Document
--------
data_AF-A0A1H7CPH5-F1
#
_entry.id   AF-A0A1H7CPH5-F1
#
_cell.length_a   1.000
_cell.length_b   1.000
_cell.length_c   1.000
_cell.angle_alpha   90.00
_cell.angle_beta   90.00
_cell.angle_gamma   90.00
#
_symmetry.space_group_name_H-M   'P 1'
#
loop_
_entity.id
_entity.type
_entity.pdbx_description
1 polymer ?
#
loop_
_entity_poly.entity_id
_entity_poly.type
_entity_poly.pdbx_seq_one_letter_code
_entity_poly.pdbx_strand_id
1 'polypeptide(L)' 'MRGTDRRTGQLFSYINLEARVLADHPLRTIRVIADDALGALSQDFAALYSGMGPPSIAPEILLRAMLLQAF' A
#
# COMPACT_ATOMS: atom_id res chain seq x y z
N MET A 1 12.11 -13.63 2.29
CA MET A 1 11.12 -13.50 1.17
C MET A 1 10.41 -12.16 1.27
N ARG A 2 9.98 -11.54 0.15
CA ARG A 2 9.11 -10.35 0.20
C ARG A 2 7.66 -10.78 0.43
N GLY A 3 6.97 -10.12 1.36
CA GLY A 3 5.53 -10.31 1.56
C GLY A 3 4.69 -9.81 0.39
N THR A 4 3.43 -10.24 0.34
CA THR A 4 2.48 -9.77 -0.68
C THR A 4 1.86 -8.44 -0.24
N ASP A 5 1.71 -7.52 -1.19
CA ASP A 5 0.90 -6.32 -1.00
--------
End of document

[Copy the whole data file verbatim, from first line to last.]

data_AF-A0A1H7CPH5-F1
#
_entry.id   AF-A0A1H7CPH5-F1
#
_cell.length_a   1.000
_cell.length_b   1.000
_cell.length_c   1.000
_cell.angle_alpha   90.00
_cell.angle_beta   90.00
_cell.angle_gamma   90.00
#
_symmetry.space_group_name_H-M   'P 1'
#
loop_
_entity.id
_entity.type
_entity.pdbx_description
1 polymer ?
#
loop_
_entity_poly.entity_id
_entity_poly.type
_entity_poly.pdbx_seq_one_letter_code
_entity_poly.pdbx_strand_id
1 'polypeptide(L)' 'MRGTDRRTGQLFSYINLEARVLADHPLRTIRVIADDALGALSQDFAALYSGMGPPSIAPEILLRAMLLQAF' A
#
# COMPACT_ATOMS: atom_id res chain seq x y z
N MET A 1 12.11 -13.63 2.29
CA MET A 1 11.12 -13.50 1.17
C MET A 1 10.41 -12.16 1.27
N ARG A 2 9.98 -11.54 0.15
CA ARG A 2 9.11 -10.35 0.20
C ARG A 2 7.66 -10.78 0.43
N GLY A 3 6.97 -10.12 1.36
CA GLY A 3 5.53 -10.31 1.56
C GLY A 3 4.69 -9.81 0.39
N THR A 4 3.43 -10.24 0.34
CA THR A 4 2.48 -9.77 -0.68
C THR A 4 1.86 -8.44 -0.24
N ASP A 5 1.71 -7.52 -1.19
CA ASP A 5 0.90 -6.32 -1.00